Detective Chief Superintendent John Carnochan co-founded the Violence Reduction Unit (VRU) within Strathclyde Police in January 2005 with the aim of developing a strategy that would bring about sustainable reductions in violence within Strathclyde (Scotland). In April 2006 the Scottish Executive (now Government) extended the VRU’s remit nationwide, thus creating a national centre of expertise on violence prevention. The VRU’s fundamental tenet is that “violence is preventable – not inevitable”. Recently, Detective Carnochan spoke at an event in Edmonton. He took some time to share with us, the reasons why mentoring boys is so very important.
“The most important time in our lives is when we are young, this is when we learn all the skills that allow us to make good decisions about ourselves, judge risk and live our lives well, being as good as we can be. It’s not easy but I’m sure when we look back at our own lives we will recall with affection those grown ups who helped us along the way. It might have been mum or dad, or aunt or uncle, or brother or sister, or a neighbour; but for certain they would have been there for us with a word of advice, setting a good example, a guiding hand on our shoulder showing us that someone cares. They helped us navigate life safely and their influence can be profound.
Sadly not every child or young person has someone in their life they can rely on to guide them and act a positive role model. The absence of such adults from the lives of many children can be for a variety of reasons none of which the children have any control over; it’s not their fault they are left to navigate their life without maps or a compass.
To be able to give some time and commitment to helping a young person grow and learn the sort of soft skills we all take for granted is a wonderful gift to give. You only need to be there to guide and mentor and most importantly be a positive example. The influence and affect you will have on a young person’s life will be profound and you’ll feel pretty good about yourself too. The things that make us truly happy money cannot buy, volunteering to help a young person will make you truly happy. You will have skills that you don’t even know you have and you can make a huge difference to some young person’s future. Just do it.”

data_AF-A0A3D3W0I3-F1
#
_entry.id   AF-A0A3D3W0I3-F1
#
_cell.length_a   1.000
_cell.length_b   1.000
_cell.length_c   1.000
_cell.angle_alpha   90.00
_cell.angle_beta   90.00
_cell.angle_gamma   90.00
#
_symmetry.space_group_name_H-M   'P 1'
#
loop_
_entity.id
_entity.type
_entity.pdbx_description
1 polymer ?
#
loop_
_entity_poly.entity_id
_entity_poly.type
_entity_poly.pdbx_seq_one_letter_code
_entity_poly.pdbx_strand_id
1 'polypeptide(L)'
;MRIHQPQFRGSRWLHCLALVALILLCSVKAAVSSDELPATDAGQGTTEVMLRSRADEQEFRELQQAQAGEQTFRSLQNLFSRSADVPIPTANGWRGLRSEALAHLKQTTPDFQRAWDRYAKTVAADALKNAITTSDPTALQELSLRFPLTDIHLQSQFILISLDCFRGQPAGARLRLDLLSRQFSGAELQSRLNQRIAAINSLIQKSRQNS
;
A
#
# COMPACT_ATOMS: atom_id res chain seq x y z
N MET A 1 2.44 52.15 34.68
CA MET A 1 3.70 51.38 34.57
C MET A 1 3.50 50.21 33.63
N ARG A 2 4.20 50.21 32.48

– John Carnochan, QPM FFPH Co-Director Scottish Violence Reduction Unit
As John says so well, the impact of an adult’s influence in the life of a child is such a critical component to keeping them on their truest path. They need, and crave, a variety of adult interactions. Each one is unique to them, and offers a different and valuable lesson in life. However, without the positive interactions they need and deserve, it can be easy to be led astray. John works in crime and, specifically, violence prevention. He has become a well-known international speaker and consultant on the subject. Through his studies he has found that most importantly to violence prevention is ensuring that from a young age children are exposed to positive influences and environments – this is especially important if they are otherwise exposed to negative ones.
It is no secret either that men are more prone to violent behaviours. Facing this reality, John attests to the importance of mentoring young boys and men. As an agency, Boys & Girls Clubs Big Brothers Big Sisters of Edmonton & Area (BGCBIGS) also understands this need for role modeling and works to provide it to the youth in our communities. However, we are also especially challenged to meet this need for the young boys we serve. We have a waiting list of 600 young boys who need Big Brothers and countless more in our clubs, where male volunteers are also drastically underrepresented. That is why John has taken time out of his (very) busy schedule to express his support of our 100 Men 100 Days initiative where we, as an agency, vow to introduce 100 new male volunteers to the work we do. Become a part of the solution and apply today.